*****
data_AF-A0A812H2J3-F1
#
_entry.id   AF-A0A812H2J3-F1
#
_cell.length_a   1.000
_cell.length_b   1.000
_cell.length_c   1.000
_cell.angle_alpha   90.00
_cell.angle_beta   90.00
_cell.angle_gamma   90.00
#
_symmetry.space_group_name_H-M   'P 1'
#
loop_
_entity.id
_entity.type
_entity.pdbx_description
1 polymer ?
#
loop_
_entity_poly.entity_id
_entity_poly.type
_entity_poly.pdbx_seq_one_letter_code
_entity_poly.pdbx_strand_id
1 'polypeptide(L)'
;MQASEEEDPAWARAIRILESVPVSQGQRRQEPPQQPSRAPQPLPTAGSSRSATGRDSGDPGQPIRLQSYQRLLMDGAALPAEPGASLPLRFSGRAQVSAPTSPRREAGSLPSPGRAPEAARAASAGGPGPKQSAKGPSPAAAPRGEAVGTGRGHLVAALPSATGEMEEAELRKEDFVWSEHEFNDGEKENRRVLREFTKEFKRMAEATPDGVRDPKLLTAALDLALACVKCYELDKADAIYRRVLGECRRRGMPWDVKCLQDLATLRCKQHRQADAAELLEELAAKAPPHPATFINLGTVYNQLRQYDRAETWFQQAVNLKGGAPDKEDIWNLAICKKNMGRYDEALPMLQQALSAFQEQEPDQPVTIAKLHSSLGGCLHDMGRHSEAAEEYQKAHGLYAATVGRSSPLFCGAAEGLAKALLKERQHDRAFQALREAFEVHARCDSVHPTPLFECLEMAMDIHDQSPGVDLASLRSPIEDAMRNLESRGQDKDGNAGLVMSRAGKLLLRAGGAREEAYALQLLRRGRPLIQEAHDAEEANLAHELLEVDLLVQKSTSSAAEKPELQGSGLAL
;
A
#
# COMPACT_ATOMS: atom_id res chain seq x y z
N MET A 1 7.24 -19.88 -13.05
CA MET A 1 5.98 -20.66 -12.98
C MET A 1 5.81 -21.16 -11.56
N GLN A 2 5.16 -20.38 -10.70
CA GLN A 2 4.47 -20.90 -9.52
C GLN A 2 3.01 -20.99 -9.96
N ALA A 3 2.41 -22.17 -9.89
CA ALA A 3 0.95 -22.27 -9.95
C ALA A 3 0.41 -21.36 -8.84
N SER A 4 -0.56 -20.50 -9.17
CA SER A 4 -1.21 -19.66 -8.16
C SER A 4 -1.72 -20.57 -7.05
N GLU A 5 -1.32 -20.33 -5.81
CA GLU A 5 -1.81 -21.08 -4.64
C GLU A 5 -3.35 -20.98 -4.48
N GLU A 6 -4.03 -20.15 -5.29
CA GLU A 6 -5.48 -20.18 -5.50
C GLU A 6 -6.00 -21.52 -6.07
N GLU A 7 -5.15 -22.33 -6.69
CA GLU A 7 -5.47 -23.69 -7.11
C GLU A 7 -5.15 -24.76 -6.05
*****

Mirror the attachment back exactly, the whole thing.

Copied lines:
data_AF-A0A812H2J3-F1
#
_entry.id   AF-A0A812H2J3-F1
#
_cell.length_a   1.000
_cell.length_b   1.000
_cell.length_c   1.000
_cell.angle_alpha   90.00
_cell.angle_beta   90.00
_cell.angle_gamma   90.00
#
_symmetry.space_group_name_H-M   'P 1'
#
loop_
_entity.id
_entity.type
_entity.pdbx_description
1 polymer ?
#
loop_
_entity_poly.entity_id
_entity_poly.type
_entity_poly.pdbx_seq_one_letter_code
_entity_poly.pdbx_strand_id
1 'polypeptide(L)'
;MQASEEEDPAWARAIRILESVPVSQGQRRQEPPQQPSRAPQPLPTAGSSRSATGRDSGDPGQPIRLQSYQRLLMDGAALPAEPGASLPLRFSGRAQVSAPTSPRREAGSLPSPGRAPEAARAASAGGPGPKQSAKGPSPAAAPRGEAVGTGRGHLVAALPSATGEMEEAELRKEDFVWSEHEFNDGEKENRRVLREFTKEFKRMAEATPDGVRDPKLLTAALDLALACVKCYELDKADAIYRRVLGECRRRGMPWDVKCLQDLATLRCKQHRQADAAELLEELAAKAPPHPATFINLGTVYNQLRQYDRAETWFQQAVNLKGGAPDKEDIWNLAICKKNMGRYDEALPMLQQALSAFQEQEPDQPVTIAKLHSSLGGCLHDMGRHSEAAEEYQKAHGLYAATVGRSSPLFCGAAEGLAKALLKERQHDRAFQALREAFEVHARCDSVHPTPLFECLEMAMDIHDQSPGVDLASLRSPIEDAMRNLESRGQDKDGNAGLVMSRAGKLLLRAGGAREEAYALQLLRRGRPLIQEAHDAEEANLAHELLEVDLLVQKSTSSAAEKPELQGSGLAL
;
A
#
# COMPACT_ATOMS: atom_id res chain seq x y z
N MET A 1 7.24 -19.88 -13.05
CA MET A 1 5.98 -20.66 -12.98
C MET A 1 5.81 -21.16 -11.56
N GLN A 2 5.16 -20.38 -10.70
CA GLN A 2 4.47 -20.90 -9.52
C GLN A 2 3.01 -20.99 -9.96
N ALA A 3 2.41 -22.17 -9.89
CA ALA A 3 0.95 -22.27 -9.95
C ALA A 3 0.41 -21.36 -8.84
N SER A 4 -0.56 -20.50 -9.17
CA SER A 4 -1.21 -19.66 -8.16
C SER A 4 -1.72 -20.57 -7.05
N GLU A 5 -1.32 -20.33 -5.81
CA GLU A 5 -1.81 -21.08 -4.64
C GLU A 5 -3.35 -20.98 -4.48
N GLU A 6 -4.03 -20.15 -5.29
CA GLU A 6 -5.48 -20.18 -5.50
C GLU A 6 -6.00 -21.52 -6.07
N GLU A 7 -5.15 -22.33 -6.69
CA GLU A 7 -5.47 -23.69 -7.11
C GLU A 7 -5.15 -24.76 -6.05